Medical marijuana remains a contentious topic in Mississippi despite voters there decisively approving a broad legalization initiative in November 2020. The state Supreme Court overturned the measure on procedural grounds last May—simultaneously doing away with the state’s entire initiative process—and lawmakers have spent the last several months navigating what comes next.

The new bill, SB 2095, draws heavily from provisions negotiated by lawmakers in the second half of last year, as legislative leaders prepared a bill for an anticipated special session that the governor never called. It would allow patients with about two dozen specific medical conditions to qualify for medical marijuana with a doctor’s recommendation, with further conditions able to be added later by regulators. State-issued registration cards would cost $25, though some patients could qualify for a lower price.
The proposed qualifying conditions include cancer, Parkinson’s, Huntington’s, muscular dystrophy, glaucoma, spastic quadriplegia, HIV, AIDS, hepatitis, Alzheimer’s, sickle-cell anemia, Crohn’s, ulcerative colitis, neuropathy, spinal cord disease or severe injury as well as chronic medical conditions or treatments that produce severe nausea, cachexia or wasting, seizures, severe or persistent muscle spasms or chronic pain.
Registered patients would be subject to purchase limits that would restrict them to no more than one “medical cannabis equivalency unit” per day, which the bill defines as 3.5 grams of cannabis flower, 1 gram of concentrate or up to 100 milligrams of THC in infused products. While those limits are significantly lower than in most states where cannabis is legal for medical patients, Reeves has said the program should allow only half those amounts.
Patients or caretakers would be forbidden from growing their own cannabis under the proposal. Products from state-licensed companies, meanwhile, would be limited to 30 percent THC for cannabis flower and 60 percent for concentrates.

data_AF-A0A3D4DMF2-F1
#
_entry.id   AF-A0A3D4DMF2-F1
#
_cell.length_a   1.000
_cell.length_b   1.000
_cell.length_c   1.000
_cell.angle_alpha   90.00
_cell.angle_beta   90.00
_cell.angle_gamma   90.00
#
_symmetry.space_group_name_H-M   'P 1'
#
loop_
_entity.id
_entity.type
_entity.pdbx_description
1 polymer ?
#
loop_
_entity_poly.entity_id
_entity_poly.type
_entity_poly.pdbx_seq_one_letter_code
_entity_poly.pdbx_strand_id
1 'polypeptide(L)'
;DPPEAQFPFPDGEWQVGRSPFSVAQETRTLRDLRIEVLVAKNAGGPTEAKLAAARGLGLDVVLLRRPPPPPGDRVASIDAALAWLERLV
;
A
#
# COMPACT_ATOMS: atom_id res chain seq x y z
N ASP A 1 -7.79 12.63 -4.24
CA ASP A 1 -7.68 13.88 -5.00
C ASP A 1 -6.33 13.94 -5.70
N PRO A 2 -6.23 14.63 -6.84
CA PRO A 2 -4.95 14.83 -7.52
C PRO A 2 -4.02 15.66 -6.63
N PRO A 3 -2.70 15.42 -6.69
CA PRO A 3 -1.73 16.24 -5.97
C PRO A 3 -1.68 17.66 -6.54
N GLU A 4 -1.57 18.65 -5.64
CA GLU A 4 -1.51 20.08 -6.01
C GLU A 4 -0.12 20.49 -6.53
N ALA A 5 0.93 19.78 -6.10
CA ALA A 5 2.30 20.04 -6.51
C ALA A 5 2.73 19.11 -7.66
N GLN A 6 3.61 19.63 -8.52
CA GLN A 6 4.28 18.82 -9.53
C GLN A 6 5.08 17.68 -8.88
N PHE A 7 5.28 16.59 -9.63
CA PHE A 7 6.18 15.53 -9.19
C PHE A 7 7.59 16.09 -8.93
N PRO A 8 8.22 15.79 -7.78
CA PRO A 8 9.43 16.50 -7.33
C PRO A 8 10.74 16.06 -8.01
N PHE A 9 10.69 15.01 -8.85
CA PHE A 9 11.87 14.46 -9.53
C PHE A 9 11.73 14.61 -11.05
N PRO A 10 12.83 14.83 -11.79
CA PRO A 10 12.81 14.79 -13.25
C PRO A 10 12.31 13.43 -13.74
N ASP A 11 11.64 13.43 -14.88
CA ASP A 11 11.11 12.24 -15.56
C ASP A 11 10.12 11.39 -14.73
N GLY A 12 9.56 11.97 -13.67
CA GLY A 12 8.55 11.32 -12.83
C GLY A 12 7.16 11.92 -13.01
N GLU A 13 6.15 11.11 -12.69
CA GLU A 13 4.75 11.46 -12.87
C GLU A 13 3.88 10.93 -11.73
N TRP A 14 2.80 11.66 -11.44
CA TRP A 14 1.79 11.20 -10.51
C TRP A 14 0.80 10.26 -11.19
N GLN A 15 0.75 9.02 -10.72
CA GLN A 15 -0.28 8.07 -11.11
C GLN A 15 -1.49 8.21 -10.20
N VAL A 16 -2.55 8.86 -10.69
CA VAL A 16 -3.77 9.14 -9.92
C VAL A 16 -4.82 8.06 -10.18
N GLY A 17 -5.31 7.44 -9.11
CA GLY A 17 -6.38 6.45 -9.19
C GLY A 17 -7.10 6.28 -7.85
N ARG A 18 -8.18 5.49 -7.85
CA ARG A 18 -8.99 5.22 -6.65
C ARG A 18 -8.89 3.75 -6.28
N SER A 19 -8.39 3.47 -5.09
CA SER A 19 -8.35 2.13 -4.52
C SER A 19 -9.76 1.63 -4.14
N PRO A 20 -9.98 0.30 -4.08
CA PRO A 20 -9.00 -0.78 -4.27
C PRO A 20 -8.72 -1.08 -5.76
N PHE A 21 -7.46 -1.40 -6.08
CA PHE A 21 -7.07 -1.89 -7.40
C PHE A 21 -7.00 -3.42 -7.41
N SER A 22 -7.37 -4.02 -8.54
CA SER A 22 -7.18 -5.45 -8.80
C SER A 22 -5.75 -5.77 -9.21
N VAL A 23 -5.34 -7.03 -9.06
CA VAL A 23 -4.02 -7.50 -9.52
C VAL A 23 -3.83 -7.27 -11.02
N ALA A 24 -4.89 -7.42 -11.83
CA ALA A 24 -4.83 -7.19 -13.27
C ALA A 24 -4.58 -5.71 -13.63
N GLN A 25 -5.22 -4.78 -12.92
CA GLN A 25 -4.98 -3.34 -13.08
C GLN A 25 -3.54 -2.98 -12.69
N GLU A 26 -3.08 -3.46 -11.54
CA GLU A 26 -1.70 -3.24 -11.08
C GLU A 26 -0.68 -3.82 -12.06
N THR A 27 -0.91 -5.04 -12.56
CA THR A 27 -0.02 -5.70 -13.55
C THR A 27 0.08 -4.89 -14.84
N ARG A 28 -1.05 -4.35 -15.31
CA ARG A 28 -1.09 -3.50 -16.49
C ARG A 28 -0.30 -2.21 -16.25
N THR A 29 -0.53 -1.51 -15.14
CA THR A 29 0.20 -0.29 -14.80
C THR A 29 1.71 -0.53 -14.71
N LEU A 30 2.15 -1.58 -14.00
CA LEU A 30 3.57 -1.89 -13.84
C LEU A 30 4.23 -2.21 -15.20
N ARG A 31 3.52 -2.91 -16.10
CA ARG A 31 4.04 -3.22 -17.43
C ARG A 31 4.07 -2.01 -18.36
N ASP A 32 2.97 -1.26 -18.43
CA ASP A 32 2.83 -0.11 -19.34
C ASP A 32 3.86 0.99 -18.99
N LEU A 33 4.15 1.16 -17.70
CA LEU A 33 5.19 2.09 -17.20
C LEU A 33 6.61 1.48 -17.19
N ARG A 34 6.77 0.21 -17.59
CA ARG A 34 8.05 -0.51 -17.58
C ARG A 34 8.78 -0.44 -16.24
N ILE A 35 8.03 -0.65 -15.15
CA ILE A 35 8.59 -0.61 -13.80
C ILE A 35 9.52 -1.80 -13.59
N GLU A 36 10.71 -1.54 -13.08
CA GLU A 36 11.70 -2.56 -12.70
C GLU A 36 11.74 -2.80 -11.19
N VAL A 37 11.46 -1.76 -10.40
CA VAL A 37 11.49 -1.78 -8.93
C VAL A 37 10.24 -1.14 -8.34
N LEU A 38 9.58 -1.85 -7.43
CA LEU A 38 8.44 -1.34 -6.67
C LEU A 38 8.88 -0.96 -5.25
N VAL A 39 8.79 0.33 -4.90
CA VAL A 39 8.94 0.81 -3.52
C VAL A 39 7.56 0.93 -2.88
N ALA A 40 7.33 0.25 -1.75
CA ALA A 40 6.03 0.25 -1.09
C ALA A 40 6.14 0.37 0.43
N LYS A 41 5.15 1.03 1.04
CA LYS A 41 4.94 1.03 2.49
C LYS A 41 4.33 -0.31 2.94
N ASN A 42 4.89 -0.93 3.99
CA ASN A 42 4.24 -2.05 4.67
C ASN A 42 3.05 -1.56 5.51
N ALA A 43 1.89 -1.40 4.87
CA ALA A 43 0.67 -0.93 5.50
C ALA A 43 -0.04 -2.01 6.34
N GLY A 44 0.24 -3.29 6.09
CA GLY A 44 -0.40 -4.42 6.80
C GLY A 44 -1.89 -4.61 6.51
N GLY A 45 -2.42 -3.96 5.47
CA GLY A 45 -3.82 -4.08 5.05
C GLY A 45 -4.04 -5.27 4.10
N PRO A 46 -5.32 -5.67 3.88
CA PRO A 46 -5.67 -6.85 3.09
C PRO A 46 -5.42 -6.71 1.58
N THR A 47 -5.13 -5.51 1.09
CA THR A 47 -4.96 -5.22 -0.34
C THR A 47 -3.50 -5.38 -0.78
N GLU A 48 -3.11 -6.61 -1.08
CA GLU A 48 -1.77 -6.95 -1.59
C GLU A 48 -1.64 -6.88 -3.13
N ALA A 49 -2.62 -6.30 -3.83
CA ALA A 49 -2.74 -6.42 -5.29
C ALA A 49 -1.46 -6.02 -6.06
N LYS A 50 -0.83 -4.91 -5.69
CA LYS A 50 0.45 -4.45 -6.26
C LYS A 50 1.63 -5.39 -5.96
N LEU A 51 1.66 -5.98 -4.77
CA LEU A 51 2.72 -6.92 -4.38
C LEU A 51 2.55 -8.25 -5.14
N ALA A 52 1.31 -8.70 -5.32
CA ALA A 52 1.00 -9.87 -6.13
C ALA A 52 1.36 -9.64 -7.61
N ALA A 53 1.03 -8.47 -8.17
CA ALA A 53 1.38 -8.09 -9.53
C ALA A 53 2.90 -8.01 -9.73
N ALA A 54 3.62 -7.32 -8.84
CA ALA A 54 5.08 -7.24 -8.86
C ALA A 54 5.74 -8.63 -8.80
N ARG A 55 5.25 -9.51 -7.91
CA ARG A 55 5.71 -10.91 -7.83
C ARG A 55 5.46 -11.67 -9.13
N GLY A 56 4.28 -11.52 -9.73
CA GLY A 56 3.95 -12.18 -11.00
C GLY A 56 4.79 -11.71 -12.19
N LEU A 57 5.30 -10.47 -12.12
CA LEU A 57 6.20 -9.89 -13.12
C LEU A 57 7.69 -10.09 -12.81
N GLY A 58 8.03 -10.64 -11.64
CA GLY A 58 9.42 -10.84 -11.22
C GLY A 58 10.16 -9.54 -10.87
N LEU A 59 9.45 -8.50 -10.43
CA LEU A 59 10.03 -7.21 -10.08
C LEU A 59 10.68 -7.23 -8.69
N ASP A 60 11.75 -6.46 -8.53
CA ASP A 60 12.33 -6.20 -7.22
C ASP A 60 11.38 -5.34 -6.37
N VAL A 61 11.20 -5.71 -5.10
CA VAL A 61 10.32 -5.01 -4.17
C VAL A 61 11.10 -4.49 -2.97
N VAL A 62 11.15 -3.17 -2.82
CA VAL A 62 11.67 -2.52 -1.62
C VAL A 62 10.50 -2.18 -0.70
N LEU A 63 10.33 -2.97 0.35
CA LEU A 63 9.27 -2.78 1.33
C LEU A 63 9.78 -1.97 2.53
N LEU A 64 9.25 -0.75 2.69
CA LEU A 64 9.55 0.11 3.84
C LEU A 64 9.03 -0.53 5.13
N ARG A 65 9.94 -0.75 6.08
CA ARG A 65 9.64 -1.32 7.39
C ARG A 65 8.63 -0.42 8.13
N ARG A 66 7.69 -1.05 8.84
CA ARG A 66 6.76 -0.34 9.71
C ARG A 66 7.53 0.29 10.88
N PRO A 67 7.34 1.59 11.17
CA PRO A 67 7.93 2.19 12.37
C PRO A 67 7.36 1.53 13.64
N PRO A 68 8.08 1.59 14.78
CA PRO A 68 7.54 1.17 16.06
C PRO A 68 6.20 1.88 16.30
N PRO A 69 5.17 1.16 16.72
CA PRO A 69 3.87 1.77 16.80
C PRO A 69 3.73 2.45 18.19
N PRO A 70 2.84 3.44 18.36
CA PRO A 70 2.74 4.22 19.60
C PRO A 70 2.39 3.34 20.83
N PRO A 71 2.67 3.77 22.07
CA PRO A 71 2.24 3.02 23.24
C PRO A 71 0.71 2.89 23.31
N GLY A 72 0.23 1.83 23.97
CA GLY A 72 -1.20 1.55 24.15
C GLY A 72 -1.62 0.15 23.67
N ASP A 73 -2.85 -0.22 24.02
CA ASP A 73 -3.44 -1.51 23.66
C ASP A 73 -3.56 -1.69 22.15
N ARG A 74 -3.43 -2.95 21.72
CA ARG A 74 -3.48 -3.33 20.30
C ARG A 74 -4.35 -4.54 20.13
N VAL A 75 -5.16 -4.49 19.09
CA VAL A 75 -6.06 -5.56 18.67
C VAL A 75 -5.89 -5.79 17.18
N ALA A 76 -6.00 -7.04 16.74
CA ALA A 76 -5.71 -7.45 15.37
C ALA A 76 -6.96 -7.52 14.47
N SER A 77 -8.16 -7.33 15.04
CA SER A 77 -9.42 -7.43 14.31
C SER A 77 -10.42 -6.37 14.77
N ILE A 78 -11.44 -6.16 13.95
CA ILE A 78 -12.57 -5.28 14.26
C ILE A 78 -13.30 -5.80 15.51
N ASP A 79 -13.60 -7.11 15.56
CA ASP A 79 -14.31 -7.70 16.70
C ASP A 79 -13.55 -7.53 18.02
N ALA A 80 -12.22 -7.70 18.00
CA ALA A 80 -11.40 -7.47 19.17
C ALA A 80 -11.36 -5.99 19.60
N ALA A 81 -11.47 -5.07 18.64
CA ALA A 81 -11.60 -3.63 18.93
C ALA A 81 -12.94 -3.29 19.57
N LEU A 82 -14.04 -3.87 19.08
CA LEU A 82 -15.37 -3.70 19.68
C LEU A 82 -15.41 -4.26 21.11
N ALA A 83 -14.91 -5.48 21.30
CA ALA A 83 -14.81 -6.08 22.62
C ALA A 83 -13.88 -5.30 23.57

Smoking and vaping cannabis would remain illegal in public and in motor vehicles, and patients would still be prohibited from driving while under the influence.

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Legalization advocates say the 445-page bill represents a middle ground between the more permissive plan approved by nearly three-quarters of state voters in 2020 and a far narrower approach preferred by the governor and some lawmakers.
Kevin Caldwell, Southeast legislative manager for Marijuana Policy Project, which published a summary of the bill on Wednesday, told Marijuana Moment that the measure represents a step forward from the status quo despite some weaknesses, such as a requirement that doctors take hours of extra educational courses about cannabis and a provision he says will encourage chronic pain patients to use opioids over medical cannabis.
“We commend Senator Blackwell for sponsoring this legislation that seeks to respect voters’ mandate,” he said in an email. “We are disappointed that SB 2095 includes onerous restrictions on physicians and that it drives pain patients to opiates, but we recognize the challenge of getting past a hostile legislature and governor.”
The legislation would task the Mississippi Department of Health to oversee the new industry, with help from the state Department of Revenue and the Department of Agriculture and Commerce. It would also establish a nine-member advisory committee to advise on issues such as patient access and industry safety.
Licensing of cannabis businesses other than dispensaries — including cultivators, processors, transporters, disposal entities, testing labs and research facilities — would begin 120 days after the bill’s passage, with the first licenses issued about a month after that. The dispensary licensing process would kick off 150 days after passage, with the first licenses coming a month later. That would mean the program could be up and running, at least in limited form, by the end of this year.
The bill as introduced would impose no numerical cap on licensed businesses. “We tried to keep this as open [and] free market as we could, so there’s no limitation,” Blackwell said at Wednesday’s hearing.
Cities, counties and other localities could impose zoning and other restrictions. Businesses may also have to get approval from local authorities to operate.
In general, local governments could not ban medical cannabis businesses outright or “make their operation impracticable,” the bill says, although a separate provision would allow local governments to opt out of the program altogether within 90 days of the bill’s passage. In such cases, citizens could then petition to put the question to a vote.